SCOPAC Coastal Landfills Study
Eastern Solent Coastal Partnership: £70,000 (2016-2018)
Funded by Southern RFCC and Wessex RFCC local levy (£67,000) + a contribution from LGA SiG (£3,000)
The Final Report is now available and includes case studies following permission from the Local Authorities involved. The infographic below summarises our findings.
Dr Matthew Wadey (PM), Tim Kermode, Sacha Neill, Samantha Cope
There are a number of old landfill sites across the SCOPAC region that have previously been protected from the sea, but are now eroding due to deterioration of the original protection, and are threatened by sea level rise.
The nature of the problem is long-term as it is likely that the landfill sites contain some of the early plastics. Given that these can take hundreds of years to biodegrade, it will be necessary to continue to contain the sites for the foreseeable future, as removal is unlikely to be a feasible option.
There is therefore a need for a long-term plan that is technically feasible and affordable. The Shoreline Management Plans and Coastal Strategies form the basis of this plan, however at present, as far as protection of landfill is concerned, they are aspirational as there is no appropriate funding mechanism. Given that the landfill sites are often undeveloped, they do not qualify for Flood Defence Grant in Aid funding.
This project builds upon previous work by the East Solent Coastal Partnership (ESCP) to identify landfill sites that are at risk of erosion and flooding. The C718 CIRIA Guidance (2013) was applied to confirm the distribution of hazard, consequence and shoreline responsibilities. This investigation has been extended across local authorities in the Central Southern England SCOPAC region where it appears there are many landfill and contaminated land sites with an unclear understanding of impacts, liability, or costs involved in resolving future problems. This is a national problem and the problem will get worse as landfill contents become increasingly exposed due to degradation of defences and linings, and due to impacts of climate change such as sea level rise. Vast quantities of waste are theoretically at risk of being released (into the sea and onto nearby land) which will pollute the marine environment and pose hazards to the public and wildlife.
The project primarily aims to raise the profile of this issue, particularly the apparent lack of funding and/or strategy to deal with the problem. The scope of the project is to identify coastal landfills at risk of flooding/erosion in the region, as well as the possible funding sources. The project is engaged in communicating this issue to the coastal engineering and flood management community, as well as politicians and other decision-makers.
- We have completed a systematic review of possible funding sources (for remediation of coastal landfill problems). Funding was identified, but we have found that there is presently no satisfactory funding arrangement (i.e. lots of small, hard to attain sources which do not meet needs for larger capital works).
- We wrote a letter and corresponded with senior EA managers who raised the issue at a national EA meeting of Area Flood & Coastal Risk Managers (September 2017). This, in effect confirmed our own findings and consensus amongst Risk Management Authorities (RMAs) that there is a lack of access to specific funds to protect landfills from flood and coastal erosion risk.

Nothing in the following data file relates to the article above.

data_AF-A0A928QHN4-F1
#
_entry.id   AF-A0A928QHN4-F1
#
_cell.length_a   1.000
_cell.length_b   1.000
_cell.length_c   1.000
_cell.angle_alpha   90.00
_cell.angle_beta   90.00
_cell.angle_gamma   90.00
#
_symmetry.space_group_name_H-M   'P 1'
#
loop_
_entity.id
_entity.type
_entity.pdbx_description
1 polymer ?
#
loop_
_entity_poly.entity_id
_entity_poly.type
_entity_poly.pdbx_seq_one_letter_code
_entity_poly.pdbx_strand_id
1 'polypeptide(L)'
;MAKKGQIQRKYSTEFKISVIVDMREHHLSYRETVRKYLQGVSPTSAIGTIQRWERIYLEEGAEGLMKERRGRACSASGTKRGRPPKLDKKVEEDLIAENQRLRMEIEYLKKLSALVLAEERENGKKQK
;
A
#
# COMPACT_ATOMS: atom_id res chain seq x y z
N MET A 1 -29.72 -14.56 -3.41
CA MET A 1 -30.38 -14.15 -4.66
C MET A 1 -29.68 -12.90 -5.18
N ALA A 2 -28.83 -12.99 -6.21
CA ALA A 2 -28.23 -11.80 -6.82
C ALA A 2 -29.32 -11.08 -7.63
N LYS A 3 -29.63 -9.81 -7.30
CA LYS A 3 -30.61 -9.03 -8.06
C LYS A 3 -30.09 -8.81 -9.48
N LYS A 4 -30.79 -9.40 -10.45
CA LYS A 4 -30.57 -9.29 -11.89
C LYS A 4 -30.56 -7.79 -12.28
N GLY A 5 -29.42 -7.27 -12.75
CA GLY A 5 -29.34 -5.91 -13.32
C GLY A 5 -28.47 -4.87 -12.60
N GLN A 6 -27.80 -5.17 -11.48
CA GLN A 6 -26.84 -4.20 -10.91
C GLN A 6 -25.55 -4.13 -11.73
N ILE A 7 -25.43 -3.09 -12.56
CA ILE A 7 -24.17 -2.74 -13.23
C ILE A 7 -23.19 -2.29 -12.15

- We produced a presentation that was presented at a Coastal Chairs meeting in November 2017. Policy and funding were identified as key issues, and it was acknowledged that this is a real problem that is ‘creeping up on us’, and it was suggested that this needs to be framed as a public health issue.
- We have developed a GIS database of landfill sites at risk of erosion and flooding. This is using the EA’s Historic Landfills database, augmented with site-specific information gained from workshops with Contaminated Land Officers in the ESCP region, as well as joining data from Flood Zones, Shoreline Management Plans (policy and erosion rates) and the Medium-Term Plan (MTP) Database to determine which sites will be defended/undefended.
- We have undertaken a series of case studies for which the majority are a HTL SMP2 policy, with a couple of interesting exceptions. These identify site specific problems such as neighbouring landfills with contrasting funding prospects – linked to scorable Outcome Measures in the Partnership Funding system (we have demonstrated this with PF scoring for each area). They also highlight leaking waste (including plastics), and uncertainty over the content and extent of landfills in the EA’s Historic Landfills database. The case studies are 1-2 pages per site and include a collation of photos and information.
- We have liaised and shared information with the NERC-funded University of Southampton landfills project and are subsequently attending CIRIA steering group meetings; and as part of this contributed to support for a further NERC bid led Queen Mary and Westfield University.
- A summary infographic has been produced, highlighting key statistics about the coastal landfills project and lack of a clear funding mechanism to protect or remediate.
- We have disseminated our findings to the LGA SiG (autumn and winter meeting); SCOPAC, Southern Coastal Group (SCG) and the RFCCs. The chairman of the SCG also continues to raise the profile of the issue at the national chairs meetings.
- We presented ‘A toxic legacy? Coastal landfill – erosion, flooding, legality and funding’ at the national Flood and Coast 2018 conference
- We continue to take any opportunities to raise the profile of the issue by liaising with staff at the Environment Agency.